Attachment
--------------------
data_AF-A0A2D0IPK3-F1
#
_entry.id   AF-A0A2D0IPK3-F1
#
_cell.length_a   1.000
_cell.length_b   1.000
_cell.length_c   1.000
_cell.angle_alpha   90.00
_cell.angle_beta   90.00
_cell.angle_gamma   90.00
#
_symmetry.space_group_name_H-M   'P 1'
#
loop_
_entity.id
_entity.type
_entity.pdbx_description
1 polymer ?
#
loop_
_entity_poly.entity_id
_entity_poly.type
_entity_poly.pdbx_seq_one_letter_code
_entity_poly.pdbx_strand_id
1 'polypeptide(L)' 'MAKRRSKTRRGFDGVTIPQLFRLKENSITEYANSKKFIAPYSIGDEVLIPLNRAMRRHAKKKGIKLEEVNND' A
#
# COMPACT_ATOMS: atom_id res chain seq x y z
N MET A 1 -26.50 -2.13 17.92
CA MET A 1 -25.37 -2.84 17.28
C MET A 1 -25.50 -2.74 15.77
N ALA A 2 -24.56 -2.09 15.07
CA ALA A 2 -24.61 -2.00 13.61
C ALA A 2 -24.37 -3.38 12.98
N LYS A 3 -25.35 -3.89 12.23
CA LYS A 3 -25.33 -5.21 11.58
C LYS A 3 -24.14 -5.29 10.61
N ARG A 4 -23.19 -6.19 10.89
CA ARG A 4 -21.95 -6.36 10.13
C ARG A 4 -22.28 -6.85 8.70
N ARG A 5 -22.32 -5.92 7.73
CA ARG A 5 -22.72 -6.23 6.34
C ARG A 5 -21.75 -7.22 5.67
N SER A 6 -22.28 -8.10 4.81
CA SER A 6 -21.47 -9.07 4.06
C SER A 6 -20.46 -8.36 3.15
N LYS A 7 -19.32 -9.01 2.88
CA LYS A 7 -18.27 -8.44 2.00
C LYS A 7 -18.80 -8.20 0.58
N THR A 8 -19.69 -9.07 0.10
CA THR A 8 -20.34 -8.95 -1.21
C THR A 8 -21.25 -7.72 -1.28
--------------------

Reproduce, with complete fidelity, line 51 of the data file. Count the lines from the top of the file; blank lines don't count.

C THR A 8 -21.25 -7.72 -1.28